Getting the Ban on Pro MMA Lifted - The UFC's Lawsuit

The UFC filed their lawsuit against the State Attorney General in 2011, and while things like motions, rulings and discovery have dragged things out, it's likely a resolution will be coming very, very soon. Just as in a fight in the cage, it's impossible to know for sure what the outcome will be until the final blow is struck and the referee waves his arms in the air, but there's a strong likelihood that the UFC will win - which, in this case, could be a written stipulation that a third-party sanctioning organization could be used to sanction pro MMA events. If that happens, then one of two things will occur (or maybe both will occur, who knows):

  • The UFC will stage an event at Madison Square Garden and it will be sanctioned by the World Kickboxing Association, which has a lengthy track record of sanctioning fights in the state; or,
  • The UFC will hold that written stipulation aloft and threaten to do a show, and that will be the stick that encourages the legislature to act once and for all and lift the ban. Why would that force the legislature to act? Because a UFC at MSG sanctioned by anyone but the athletic commission means no taxes on gate and pay-per-view buys, and it would be stupid to let that "free" money fly right out the window. No, if the lawsuit results in a means for the UFC to circumvent the law, you can bet the law would then be changed with a quickness.

If the UFC wins the lawsuit, what are the chances that the legislature would change the law to sew up that third-party sanctioning loophole and retain the ban? Slim. Remember: the ban is still in place largely because of indifference among the legislators. Some care enough to sponsor the MMA bill, some care enough to block it in informal conferences, but most don't know what their constituents think about the issue either way so they haven't taken a hard stance. A movement to change the law - either for MMA or against it - would bring the matter squarely into the public eye, and open debate is likely the sport's best friend.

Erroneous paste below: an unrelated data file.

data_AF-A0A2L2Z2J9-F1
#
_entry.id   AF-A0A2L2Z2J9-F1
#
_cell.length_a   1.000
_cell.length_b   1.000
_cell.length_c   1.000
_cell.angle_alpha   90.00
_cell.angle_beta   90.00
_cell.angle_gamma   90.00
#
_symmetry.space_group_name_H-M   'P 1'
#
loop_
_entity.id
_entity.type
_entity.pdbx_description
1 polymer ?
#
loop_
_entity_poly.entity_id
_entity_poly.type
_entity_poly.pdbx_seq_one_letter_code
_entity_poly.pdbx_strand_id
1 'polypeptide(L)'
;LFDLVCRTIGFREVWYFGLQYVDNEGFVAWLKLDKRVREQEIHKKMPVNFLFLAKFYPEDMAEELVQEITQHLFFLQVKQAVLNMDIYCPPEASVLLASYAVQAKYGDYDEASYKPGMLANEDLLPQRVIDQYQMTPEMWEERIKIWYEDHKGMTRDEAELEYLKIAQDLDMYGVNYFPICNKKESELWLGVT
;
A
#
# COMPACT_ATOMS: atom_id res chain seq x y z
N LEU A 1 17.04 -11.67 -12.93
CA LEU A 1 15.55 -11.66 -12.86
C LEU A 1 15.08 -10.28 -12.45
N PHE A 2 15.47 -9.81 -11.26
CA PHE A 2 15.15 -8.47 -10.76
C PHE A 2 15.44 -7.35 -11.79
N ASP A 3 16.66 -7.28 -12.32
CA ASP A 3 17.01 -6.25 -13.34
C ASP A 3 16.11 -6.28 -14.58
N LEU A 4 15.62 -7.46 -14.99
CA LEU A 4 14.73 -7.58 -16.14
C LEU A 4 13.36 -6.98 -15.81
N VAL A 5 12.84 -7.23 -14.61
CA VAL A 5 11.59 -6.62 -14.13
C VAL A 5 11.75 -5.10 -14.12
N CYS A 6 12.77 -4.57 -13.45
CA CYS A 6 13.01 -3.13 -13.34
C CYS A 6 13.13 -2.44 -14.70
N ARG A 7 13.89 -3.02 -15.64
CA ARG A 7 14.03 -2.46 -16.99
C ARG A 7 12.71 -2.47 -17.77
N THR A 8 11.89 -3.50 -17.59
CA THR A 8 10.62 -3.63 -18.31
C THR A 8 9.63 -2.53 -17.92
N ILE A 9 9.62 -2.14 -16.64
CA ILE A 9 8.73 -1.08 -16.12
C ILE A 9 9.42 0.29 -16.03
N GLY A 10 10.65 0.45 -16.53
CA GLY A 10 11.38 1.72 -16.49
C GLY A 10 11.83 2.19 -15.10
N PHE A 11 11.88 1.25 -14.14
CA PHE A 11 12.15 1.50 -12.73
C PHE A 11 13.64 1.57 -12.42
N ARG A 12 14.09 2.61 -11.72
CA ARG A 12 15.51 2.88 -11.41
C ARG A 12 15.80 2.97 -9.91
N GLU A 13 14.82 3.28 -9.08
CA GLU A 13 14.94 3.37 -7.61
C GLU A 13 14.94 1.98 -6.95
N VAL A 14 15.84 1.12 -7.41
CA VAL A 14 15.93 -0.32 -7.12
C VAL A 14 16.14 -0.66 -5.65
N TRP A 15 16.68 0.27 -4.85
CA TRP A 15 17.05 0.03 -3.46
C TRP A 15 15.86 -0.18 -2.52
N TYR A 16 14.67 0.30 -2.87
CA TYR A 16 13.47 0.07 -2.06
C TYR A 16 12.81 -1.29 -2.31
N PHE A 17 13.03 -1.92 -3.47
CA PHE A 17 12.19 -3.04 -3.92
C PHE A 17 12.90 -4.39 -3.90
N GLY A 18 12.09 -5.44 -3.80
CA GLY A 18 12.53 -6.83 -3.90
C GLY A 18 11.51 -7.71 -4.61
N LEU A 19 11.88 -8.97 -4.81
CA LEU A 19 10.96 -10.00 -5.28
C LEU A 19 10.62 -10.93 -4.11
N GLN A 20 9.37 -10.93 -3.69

A change in the status quo is coming soon, and it's coming thanks to the lawsuit.

The Amateur MMA Scene

An unintended side effect of the lawsuit was the State Attorney General conceding that the ban didn't apply to amateur MMA, so New York has seen dramatic growth in its amateur fight scene, with over 50 such events happening here in 2014. Of course, since these events are completely unregulated by the New York State Athletic Commission, that has created some problems - like fights happening where the competitors have HIV and Hepatitis, events with no insurance, and promoters acting shady. Still, it's been a boon for fighters looking to get experience and fans looking to watch them throw down. And, as time has shown us, not all MMA promotions are created equal. Some do a pretty damn good job.

Here are few of the more notable ones that have been putting out shows in New York. One caveat: Since New York City is my area of operations and I eschew driving too far, this list is definitely Big Apple-centric, and probably excludes some decent organizations cranking out shows elsewhere in the state. For example, Gladius Fights out of Syracuse has a great reputation, but driving four and a half hours to watch an MMA event... sorry, no can do.

  • Aggressive Combat Championships - They've come a long way from the days of holding shows in a high school gymnasium in the Bronx (now they do them in the gym at York College in Queens), and because they crank out about five events a year, Aggressive has become a well-oiled machine in terms of how smoothly they run. They've also provided a solid platform for a number of fighters and teams to get their first taste of combat and hone their craft. If I had to compare Aggressive to a major MMA promotion, then I'd say they're the Shooto of New York City.